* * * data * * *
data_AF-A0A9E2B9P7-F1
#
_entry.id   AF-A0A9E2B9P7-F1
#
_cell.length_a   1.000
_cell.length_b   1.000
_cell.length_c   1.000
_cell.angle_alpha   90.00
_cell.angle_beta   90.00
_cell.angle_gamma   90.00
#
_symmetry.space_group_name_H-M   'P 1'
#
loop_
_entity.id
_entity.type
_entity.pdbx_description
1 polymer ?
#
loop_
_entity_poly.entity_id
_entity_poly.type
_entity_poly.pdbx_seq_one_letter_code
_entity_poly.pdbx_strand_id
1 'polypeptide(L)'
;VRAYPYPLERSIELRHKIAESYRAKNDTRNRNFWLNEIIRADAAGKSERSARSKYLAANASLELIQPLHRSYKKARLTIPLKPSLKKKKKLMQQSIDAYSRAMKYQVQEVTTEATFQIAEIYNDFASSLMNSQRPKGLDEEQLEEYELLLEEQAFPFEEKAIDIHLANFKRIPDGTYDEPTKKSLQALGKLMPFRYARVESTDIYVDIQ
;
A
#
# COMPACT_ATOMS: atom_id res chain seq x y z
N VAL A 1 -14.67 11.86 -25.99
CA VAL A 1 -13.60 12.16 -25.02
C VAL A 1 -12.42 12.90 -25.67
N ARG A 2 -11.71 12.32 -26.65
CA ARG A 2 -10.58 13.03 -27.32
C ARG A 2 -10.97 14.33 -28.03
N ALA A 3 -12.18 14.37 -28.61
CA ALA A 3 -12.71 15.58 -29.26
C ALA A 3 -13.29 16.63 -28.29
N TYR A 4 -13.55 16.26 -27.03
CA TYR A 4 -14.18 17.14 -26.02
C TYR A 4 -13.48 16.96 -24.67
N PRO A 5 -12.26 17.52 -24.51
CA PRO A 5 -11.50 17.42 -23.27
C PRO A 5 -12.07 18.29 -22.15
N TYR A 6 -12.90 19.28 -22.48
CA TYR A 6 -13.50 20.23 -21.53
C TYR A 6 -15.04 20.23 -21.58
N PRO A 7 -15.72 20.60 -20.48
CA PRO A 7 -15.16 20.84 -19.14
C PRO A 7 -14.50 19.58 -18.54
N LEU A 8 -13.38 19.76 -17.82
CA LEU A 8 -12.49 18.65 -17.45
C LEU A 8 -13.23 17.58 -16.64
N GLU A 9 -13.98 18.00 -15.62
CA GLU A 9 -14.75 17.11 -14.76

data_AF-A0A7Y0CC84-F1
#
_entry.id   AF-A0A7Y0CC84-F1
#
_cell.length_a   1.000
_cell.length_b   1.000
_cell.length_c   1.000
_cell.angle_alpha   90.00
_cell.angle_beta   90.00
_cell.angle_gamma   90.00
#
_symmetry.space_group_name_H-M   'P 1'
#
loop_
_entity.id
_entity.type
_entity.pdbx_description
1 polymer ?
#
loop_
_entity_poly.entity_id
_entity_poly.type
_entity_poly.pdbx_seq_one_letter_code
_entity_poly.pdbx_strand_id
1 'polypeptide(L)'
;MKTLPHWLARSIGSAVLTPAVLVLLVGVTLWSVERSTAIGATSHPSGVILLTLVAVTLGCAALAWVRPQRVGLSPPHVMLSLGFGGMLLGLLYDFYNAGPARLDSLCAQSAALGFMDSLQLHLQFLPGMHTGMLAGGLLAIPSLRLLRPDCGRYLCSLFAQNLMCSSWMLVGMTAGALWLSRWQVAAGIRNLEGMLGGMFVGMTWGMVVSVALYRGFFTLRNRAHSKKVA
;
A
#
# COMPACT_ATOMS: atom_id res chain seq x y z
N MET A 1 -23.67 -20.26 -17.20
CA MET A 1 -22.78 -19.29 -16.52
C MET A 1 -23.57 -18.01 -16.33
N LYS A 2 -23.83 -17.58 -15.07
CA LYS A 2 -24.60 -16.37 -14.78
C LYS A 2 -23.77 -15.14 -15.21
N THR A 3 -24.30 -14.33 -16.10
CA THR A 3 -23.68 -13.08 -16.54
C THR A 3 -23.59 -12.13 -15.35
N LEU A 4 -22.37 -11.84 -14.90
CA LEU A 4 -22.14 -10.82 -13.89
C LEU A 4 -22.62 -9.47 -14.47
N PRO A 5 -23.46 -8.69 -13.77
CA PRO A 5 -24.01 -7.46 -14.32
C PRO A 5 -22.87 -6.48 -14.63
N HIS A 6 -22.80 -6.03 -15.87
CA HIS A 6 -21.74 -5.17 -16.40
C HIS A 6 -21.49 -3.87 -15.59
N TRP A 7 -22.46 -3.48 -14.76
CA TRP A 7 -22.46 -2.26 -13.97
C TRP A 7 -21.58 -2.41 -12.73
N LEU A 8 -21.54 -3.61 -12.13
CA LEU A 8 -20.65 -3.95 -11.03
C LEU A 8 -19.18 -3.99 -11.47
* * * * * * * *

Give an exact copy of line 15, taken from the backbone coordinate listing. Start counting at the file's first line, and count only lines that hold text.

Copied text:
_entity.id